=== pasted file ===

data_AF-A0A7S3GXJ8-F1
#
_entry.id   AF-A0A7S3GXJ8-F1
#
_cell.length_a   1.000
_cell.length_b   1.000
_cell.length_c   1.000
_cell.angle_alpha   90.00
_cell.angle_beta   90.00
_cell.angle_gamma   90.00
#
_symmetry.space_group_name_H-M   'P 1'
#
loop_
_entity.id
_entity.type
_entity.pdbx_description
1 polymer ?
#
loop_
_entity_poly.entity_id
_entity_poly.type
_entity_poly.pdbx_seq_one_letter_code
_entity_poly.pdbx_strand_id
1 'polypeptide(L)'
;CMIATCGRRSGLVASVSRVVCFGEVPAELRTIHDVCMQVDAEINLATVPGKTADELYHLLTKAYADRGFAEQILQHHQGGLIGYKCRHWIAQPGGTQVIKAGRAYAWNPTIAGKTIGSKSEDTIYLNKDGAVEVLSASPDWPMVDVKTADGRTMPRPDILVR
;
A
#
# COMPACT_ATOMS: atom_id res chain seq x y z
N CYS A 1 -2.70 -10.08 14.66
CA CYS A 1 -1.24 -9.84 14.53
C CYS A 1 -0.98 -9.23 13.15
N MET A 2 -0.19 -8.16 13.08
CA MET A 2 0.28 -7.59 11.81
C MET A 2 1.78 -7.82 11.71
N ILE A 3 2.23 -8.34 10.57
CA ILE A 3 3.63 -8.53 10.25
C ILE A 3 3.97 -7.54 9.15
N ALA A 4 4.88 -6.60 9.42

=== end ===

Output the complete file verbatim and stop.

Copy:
data_AF-A0A7S3GXJ8-F1
#
_entry.id   AF-A0A7S3GXJ8-F1
#
_cell.length_a   1.000
_cell.length_b   1.000
_cell.length_c   1.000
_cell.angle_alpha   90.00
_cell.angle_beta   90.00
_cell.angle_gamma   90.00
#
_symmetry.space_group_name_H-M   'P 1'
#
loop_
_entity.id
_entity.type
_entity.pdbx_description
1 polymer ?
#
loop_
_entity_poly.entity_id
_entity_poly.type
_entity_poly.pdbx_seq_one_letter_code
_entity_poly.pdbx_strand_id
1 'polypeptide(L)'
;CMIATCGRRSGLVASVSRVVCFGEVPAELRTIHDVCMQVDAEINLATVPGKTADELYHLLTKAYADRGFAEQILQHHQGGLIGYKCRHWIAQPGGTQVIKAGRAYAWNPTIAGKTIGSKSEDTIYLNKDGAVEVLSASPDWPMVDVKTADGRTMPRPDILVR
;
A
#
# COMPACT_ATOMS: atom_id res chain seq x y z
N CYS A 1 -2.70 -10.08 14.66
CA CYS A 1 -1.24 -9.84 14.53
C CYS A 1 -0.98 -9.23 13.15
N MET A 2 -0.19 -8.16 13.08
CA MET A 2 0.28 -7.59 11.81
C MET A 2 1.78 -7.82 11.71
N ILE A 3 2.23 -8.34 10.57
CA ILE A 3 3.63 -8.53 10.25
C ILE A 3 3.97 -7.54 9.15
N ALA A 4 4.88 -6.60 9.42